- Day 2. Refine requirements.
- Day 3. Preposition aircraft, sensors, and personnel to a safe area outside the anticipated impact area.
- Day 3. Flight lines are disseminated to the FEMA remote sensing coordinator and other partners (state agencies, the U.S. Geodetic Survey, U.S. Army Corps of Engineers, U.S. Coast Guard) for coordination and the opportunity to provide additional requirements.
- Day 4. Update pre-planned flight lines.
- Days 5-8. Event of “national significance” or NOAA interest is identified.
Hurricane Michael Response (2016)
In October 2016, NGS emergency response personnel collected post-Hurricane Matthew aerial oblique imagery along the Atlantic coast using NOAA’s Beechcraft King Air 350CER aircraft. Over 5,200 images, covering more than 1,200 square miles, were collected from Key Largo, Florida to Cape Henry, Virginia, and are available in the NGS Emergency Response viewer. Imagery was collected in close coordination with FEMA and used to assess infrastructure and property damage, assess hazards to navigation, and monitor environment impacts following the storm. Hurricane Michael caused extensive damage to homes and businesses estimated at a cost of $10 billion.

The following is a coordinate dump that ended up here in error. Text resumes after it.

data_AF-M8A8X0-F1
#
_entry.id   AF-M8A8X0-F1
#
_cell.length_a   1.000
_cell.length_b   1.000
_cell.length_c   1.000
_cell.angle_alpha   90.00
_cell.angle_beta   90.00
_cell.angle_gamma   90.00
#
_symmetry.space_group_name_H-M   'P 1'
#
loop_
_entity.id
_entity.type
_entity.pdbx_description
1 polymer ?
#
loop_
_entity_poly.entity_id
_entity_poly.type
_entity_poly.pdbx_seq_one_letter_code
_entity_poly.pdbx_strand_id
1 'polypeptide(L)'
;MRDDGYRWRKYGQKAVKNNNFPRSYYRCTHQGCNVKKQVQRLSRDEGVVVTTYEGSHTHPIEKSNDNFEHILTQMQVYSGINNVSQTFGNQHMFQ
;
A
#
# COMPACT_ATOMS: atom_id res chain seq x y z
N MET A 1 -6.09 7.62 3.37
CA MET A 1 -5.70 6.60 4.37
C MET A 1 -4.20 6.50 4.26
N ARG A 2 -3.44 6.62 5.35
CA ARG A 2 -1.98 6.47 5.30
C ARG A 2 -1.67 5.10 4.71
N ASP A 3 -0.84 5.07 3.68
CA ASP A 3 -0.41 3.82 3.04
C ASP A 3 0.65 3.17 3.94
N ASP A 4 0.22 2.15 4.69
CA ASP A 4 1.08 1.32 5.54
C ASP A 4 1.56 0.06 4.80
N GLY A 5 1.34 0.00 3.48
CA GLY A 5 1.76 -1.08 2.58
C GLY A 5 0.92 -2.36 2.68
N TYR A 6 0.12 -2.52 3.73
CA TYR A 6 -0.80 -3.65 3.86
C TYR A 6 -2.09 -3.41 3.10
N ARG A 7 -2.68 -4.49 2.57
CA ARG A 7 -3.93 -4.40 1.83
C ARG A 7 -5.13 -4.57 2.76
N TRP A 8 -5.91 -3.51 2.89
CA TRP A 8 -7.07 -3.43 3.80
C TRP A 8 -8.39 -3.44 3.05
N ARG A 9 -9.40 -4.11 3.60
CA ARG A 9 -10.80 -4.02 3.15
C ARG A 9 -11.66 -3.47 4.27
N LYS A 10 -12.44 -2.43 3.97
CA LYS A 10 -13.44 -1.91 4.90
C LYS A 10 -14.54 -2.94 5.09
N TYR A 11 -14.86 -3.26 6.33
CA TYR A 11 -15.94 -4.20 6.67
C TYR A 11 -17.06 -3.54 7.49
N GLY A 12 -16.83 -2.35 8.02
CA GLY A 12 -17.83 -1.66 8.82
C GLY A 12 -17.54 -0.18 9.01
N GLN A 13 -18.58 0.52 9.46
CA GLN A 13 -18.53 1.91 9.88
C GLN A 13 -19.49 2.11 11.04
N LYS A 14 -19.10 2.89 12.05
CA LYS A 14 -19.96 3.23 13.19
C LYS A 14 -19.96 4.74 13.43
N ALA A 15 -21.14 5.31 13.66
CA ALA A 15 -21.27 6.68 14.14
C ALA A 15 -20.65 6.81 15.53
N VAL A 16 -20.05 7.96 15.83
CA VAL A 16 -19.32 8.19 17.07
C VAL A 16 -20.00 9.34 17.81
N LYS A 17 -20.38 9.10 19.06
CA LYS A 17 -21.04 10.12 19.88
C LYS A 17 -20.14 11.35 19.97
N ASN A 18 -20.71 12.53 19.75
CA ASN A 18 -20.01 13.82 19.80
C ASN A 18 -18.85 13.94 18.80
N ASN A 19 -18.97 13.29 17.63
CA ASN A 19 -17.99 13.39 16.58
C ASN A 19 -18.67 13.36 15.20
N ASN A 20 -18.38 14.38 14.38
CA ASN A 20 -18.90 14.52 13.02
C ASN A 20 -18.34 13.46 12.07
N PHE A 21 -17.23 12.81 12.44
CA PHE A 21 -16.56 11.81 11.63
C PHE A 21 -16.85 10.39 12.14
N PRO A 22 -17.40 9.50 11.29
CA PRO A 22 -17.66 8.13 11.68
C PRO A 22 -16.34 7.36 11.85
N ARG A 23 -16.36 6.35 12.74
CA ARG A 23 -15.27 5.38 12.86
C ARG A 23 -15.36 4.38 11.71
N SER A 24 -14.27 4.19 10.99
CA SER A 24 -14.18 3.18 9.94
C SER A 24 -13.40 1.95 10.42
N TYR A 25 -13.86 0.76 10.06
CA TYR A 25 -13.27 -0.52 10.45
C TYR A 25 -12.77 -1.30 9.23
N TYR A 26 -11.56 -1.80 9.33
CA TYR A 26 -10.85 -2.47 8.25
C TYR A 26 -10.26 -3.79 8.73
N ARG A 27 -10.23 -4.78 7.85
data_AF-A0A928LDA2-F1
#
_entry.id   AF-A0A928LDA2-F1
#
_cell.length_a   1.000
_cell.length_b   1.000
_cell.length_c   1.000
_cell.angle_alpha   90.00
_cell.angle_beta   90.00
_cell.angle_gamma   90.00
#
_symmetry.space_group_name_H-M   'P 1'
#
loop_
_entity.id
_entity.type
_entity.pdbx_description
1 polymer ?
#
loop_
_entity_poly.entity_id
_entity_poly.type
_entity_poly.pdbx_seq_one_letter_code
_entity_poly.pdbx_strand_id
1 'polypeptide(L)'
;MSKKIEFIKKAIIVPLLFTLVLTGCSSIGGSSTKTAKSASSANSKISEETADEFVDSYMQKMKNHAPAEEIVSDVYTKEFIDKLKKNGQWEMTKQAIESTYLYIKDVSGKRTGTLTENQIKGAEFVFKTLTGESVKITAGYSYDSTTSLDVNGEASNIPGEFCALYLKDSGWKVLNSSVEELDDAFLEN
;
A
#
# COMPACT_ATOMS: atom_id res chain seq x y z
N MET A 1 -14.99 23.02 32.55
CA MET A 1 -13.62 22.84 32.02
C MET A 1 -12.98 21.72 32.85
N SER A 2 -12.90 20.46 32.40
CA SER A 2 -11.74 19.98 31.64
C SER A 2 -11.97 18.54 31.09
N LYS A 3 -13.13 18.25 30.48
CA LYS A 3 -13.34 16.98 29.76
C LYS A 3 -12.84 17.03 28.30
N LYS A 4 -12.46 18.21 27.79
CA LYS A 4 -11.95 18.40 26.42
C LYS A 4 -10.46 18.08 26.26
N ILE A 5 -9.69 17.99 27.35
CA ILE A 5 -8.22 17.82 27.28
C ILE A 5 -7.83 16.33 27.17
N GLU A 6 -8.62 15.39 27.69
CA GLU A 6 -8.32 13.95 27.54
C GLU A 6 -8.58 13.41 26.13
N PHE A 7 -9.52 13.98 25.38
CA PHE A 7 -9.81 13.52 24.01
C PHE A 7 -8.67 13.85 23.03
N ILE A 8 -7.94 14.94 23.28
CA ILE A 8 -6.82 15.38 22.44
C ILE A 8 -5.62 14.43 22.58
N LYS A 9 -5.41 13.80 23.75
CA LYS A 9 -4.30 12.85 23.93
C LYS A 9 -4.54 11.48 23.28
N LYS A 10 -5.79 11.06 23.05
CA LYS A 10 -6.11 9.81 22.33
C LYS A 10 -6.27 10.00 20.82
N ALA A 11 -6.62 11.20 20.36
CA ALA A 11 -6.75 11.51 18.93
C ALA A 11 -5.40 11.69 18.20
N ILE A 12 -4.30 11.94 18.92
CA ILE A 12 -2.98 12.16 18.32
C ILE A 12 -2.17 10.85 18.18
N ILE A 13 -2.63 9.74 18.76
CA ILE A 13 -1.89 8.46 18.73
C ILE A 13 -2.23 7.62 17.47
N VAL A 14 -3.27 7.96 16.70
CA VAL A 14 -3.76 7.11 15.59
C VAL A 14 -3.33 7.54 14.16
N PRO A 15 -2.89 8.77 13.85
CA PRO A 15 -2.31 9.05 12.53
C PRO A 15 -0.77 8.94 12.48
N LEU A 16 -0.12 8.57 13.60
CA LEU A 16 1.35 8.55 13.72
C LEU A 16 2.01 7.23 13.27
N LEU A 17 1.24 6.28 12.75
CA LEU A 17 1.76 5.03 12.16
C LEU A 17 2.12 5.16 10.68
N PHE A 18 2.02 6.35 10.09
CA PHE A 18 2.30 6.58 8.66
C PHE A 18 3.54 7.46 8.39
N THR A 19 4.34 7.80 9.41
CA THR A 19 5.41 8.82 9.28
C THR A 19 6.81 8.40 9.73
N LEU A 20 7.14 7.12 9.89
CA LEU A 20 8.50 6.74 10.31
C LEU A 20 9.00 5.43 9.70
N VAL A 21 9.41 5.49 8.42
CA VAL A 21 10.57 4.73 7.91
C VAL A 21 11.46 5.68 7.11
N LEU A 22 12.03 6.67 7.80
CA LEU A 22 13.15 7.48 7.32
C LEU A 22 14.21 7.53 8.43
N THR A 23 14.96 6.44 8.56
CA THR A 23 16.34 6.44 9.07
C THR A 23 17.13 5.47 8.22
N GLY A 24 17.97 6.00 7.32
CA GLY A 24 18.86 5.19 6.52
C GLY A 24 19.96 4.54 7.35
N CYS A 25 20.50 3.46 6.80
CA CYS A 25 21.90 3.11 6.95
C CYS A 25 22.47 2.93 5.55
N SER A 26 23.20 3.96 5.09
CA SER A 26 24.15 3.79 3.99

The 2017 Hurricane Season
In 2017, NGS acquired and rapidly disseminated emergency response imagery related to hurricanes Harvey, Irma, and Maria. The remotely sensed data were acquired to support NOAA’s homeland security and emergency response requirements as part of the National Response Plan. By comparing pre-event and post-event imagery, response agencies such as FEMA, the U.S. Coast Guard, and state and local governments assessed damage to ports and waterways, coastlines, and critical infrastructure. This helped maintain or restore safe navigation and prioritize areas in need of assistance.
By the end of 2017, NGS had collected over 57,000 emergency response images covering over 21,000 square kilometers. The NGS emergency response website received over 2.28 billion requests for imagery related to hurricanes Harvey, Irma, and Maria.
Hurricane Michael (2018)
On Oct. 11, 2018, NGS began collecting response imagery for Hurricane Michael after the Category 5 storm made landfall. Utilizing NOAA’s Beechcraft King Air 350CER aircraft, NGS acquired 9,580 images covering 10,756 square kilometers over the most heavily impacted areas. Imagery was processed and posted online within as little as four hours of collection.
The imagery was used for a number of response applications, including assessment of impacts to navigation and identification of helicopter landing sites to deliver supplies in areas cut off by the storm. The U.S. Coast Guard incident command post also used the imagery to coordinate response efforts.
The remotely sensed data is public domain and disseminated to federal, state, and local government agencies as well as the general public. NGS recognizes the importance of emergency response data and works hard to utilize user feedback and new tools or technology to reduce processing time.
- NGS Emergency Response Imagery
- NGS Pre-event Imagery
- Tips on Navigating the NGS Emergency Response Viewer
- NGS Emergency Response Viewer Video
This guest blog was written by Lieutenant Commander David Gothan. Gothan is the NGS Remote Sensing Division Requirements Branch chief.